Getting started with Box for Salesforce development: Part 1
It’s Dreamforce week!
In honor of one of our most utilized integrations, I thought it would be a great idea to walk through how to set up Box for Salesforce, as well as show how you can make some quick customizations with minimal coding.
Before diving into the demo, let’s wade through the waters of connecting Box and Salesforce.
You have four choices:
- Box for Salesforce managed package
- Box for Salesforce developer toolkit
- Box SDK for Salesforce
- Box REST API
Unless your company has a very specific use case, the developer toolkit should solve most requirements, but here is a breakdown of the differences.
The managed package has a fixed folder structure. In the terms of aquatic resemblance, it is like a pond. There’s some water, but not a ton of variance. Permissions in Box match those in Salesforce.
The developer toolkit allows you to use a list of available methods to customize the managed package to more fit your needs. These methods are automatically available after installing the managed package. I compare this to a river. It is a larger body of water that can meander as needed, even creating impressive natural landscapes like The Grand Canyon. Permissions in Box match those in Salesforce.
The Box SDK for Salesforce uses a different installation than the managed package and serves as a full APEX wrapper, allowing you to complete API calls that the developer toolkit doesn’t allow. This resembles a great lake or sea — lots of water with tons of diverse wildlife and activities. Permissions can be fully customizable.
The Box REST API lives separate from Salesforce entirely. This should be used when your problem needs a completely custom solution. I liken this to an ocean. You can develop solutions that are deep and wide ranging but requires high skill from experienced professionals.
To sum everything up, here is a chart that shows the highlights.
Whew! Now, that we’ve finished our water workout for the day, let’s continue on with the tutorial.
The below walks through an example using the developer toolkit. For more advanced use cases using the SDK or API, stay tuned for more content or reach out to our friends at Box Consulting for a custom engagement.
This probably goes without saying, but just in case, you need to have a Box enterprise account and a Salesforce account with standard user licenses in order to use this feature.
Both give you access to all the features you need to complete this tutorial. You can also do this if you simply wish to follow the tutorial and not make changes to your production environments. Make sure to use a different email address, since you cannot use the same email address in multiple Box instances. I won’t go over the sign up process here, since it is pretty self explanatory. Tip — I recommend using the developer accounts option if you are new to all of this.
Set up users
Once you have the enterprise accounts setup, confirm the following user accounts exist in Box and Salesforce.
- Salesforce admin account — If you went through the developer account sign up process above, this is the login you created as part of that. If not, you will need Salesforce administrator login credentials.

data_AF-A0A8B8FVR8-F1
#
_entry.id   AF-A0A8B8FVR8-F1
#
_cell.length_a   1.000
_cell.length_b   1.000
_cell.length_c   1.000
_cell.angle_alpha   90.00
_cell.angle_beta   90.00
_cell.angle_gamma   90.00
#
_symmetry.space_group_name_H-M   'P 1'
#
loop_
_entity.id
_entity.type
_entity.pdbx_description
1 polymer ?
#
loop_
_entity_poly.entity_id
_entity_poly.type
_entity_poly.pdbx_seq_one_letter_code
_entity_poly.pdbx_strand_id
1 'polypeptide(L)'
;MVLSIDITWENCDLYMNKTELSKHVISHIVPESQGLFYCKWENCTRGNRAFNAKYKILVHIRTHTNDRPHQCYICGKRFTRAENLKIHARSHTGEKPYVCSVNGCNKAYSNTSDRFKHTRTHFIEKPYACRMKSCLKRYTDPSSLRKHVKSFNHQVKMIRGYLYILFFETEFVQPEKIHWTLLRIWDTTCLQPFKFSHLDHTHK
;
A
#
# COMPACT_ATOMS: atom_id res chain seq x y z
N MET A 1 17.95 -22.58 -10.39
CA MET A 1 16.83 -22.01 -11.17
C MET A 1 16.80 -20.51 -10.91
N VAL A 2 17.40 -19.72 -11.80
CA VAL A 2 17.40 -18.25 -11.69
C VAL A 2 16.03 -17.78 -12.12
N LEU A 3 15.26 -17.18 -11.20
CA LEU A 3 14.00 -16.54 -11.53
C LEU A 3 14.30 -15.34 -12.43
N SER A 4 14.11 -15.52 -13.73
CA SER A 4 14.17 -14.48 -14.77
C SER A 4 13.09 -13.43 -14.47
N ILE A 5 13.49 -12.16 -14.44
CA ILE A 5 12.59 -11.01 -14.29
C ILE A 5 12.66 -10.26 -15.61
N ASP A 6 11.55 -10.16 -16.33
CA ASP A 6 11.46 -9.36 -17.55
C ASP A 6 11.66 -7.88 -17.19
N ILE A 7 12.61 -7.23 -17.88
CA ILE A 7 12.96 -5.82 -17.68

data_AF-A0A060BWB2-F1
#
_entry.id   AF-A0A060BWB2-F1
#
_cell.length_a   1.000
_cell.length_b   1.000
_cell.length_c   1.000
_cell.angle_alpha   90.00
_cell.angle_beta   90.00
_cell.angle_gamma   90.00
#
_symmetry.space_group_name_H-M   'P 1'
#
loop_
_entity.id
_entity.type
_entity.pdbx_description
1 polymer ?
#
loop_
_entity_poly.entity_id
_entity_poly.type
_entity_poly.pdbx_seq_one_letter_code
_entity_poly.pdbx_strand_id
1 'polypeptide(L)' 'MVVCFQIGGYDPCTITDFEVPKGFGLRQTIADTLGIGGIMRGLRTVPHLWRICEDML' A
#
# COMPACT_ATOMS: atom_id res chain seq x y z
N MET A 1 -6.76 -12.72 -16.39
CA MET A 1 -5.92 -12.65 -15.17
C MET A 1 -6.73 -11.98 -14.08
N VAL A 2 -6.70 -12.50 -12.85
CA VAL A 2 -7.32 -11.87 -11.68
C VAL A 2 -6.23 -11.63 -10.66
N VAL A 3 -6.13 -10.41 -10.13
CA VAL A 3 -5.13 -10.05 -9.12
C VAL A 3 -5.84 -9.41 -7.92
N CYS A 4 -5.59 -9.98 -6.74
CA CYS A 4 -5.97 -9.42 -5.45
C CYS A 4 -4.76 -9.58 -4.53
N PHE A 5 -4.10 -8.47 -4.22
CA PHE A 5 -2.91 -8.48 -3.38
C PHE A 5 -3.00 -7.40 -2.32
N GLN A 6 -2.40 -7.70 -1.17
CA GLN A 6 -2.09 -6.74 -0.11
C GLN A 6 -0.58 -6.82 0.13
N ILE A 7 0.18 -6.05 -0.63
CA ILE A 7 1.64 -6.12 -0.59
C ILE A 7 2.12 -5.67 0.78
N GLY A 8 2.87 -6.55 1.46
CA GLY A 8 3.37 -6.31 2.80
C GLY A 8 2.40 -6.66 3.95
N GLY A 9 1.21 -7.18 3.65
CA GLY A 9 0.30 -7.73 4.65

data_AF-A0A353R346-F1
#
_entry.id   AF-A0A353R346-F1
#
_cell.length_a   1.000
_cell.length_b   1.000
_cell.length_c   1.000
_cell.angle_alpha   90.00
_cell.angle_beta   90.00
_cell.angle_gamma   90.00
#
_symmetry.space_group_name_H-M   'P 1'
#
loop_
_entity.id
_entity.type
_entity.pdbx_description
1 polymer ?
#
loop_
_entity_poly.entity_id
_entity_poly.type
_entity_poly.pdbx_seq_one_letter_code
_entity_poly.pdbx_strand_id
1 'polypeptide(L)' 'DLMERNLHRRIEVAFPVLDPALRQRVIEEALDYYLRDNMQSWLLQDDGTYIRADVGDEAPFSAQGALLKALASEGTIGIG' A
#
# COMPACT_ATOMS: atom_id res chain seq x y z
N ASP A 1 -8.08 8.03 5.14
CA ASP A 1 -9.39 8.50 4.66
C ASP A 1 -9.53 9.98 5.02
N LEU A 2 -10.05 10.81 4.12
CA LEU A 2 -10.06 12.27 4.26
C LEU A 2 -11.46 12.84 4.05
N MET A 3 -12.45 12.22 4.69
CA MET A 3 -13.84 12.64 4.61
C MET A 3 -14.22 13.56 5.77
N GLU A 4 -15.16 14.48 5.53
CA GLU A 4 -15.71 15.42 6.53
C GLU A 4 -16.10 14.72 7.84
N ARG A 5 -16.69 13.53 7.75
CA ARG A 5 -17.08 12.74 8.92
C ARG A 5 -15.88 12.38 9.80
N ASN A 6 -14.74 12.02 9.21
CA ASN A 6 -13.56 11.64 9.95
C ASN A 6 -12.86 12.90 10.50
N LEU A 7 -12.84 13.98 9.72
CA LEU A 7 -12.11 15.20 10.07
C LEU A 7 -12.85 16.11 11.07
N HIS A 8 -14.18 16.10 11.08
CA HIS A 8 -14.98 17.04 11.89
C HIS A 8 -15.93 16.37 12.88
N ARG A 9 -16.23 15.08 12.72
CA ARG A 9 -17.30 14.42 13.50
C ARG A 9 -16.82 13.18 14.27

- Salesforce user account — This can be any user in your Salesforce instance, including your Salesforce admin. It will get connected to whatever Box user you login to the Box widget with later in the tutorial.
- Box service account — It is advised to create a managed user in Box to own all content created from the Salesforce integration, as well as make all API calls with. You can use the Box primary admin account, but it is not recommended to do so.
- Box user account — This account must be different than the above Box service account. For this tutorial, I’m going to use the Box admin account as the user account. This is the Box account that will get tied to your Salesforce user account upon login to the Box widget.
Install Visual Studio Code
We will be using an extension to deploy our code later. In order to do this, you will want to go ahead and have Visual Studio Code installed. Find the install and instructions here.
After the install is complete, open the program and Install the Salesforce Extensions.
Install Box for Salesforce
- Click the green Get It Now button on the Box for Salesforce app exchange page. If you are not already logged in, it will prompt you to login with a Trailblaze.me account. If you don’t have one already, just go through the signup flow using your Salesforce admin accounts credentials.
2. For the purposes of this demo, I’m going to select install in production, but if you are not using the developer account option, you could select install in sandbox.
3. Accept the terms and conditions and click Confirm and Install.
4. If you are not already logged in. you will be redirected to Salesforce to login with the Salesforce admin account credentials.
5. When you reach this screen, make sure Install for Admins Only is selected and click Install.
NOTE — in order to give access to the Box application to other Salesforce users, you will need to apply permissions sets. You can find information on that process here. I’m not going to go over that in this blog post, since it is not needed for the tutorial.
6. Check the box and click Continue. This allows Salesforce to talk to Box on the backend.
7. The installer will run. It takes a few minutes to complete.
You might receive this message. If so, click Done and wait for the email to say the install is complete.
8. Once the install is complete, you should see the package in your installed packages section of setup.
That completes the installation. Onward to configuration!
Configuring Box for Salesforce
- From the app launcher, click View All.
2. Click Box.
3. Click the Box Settings tab.
4. Select Authentication, and then click Connect. Make sure you aren’t already logged into Box in another tab. We want use the Box service account you set up earlier.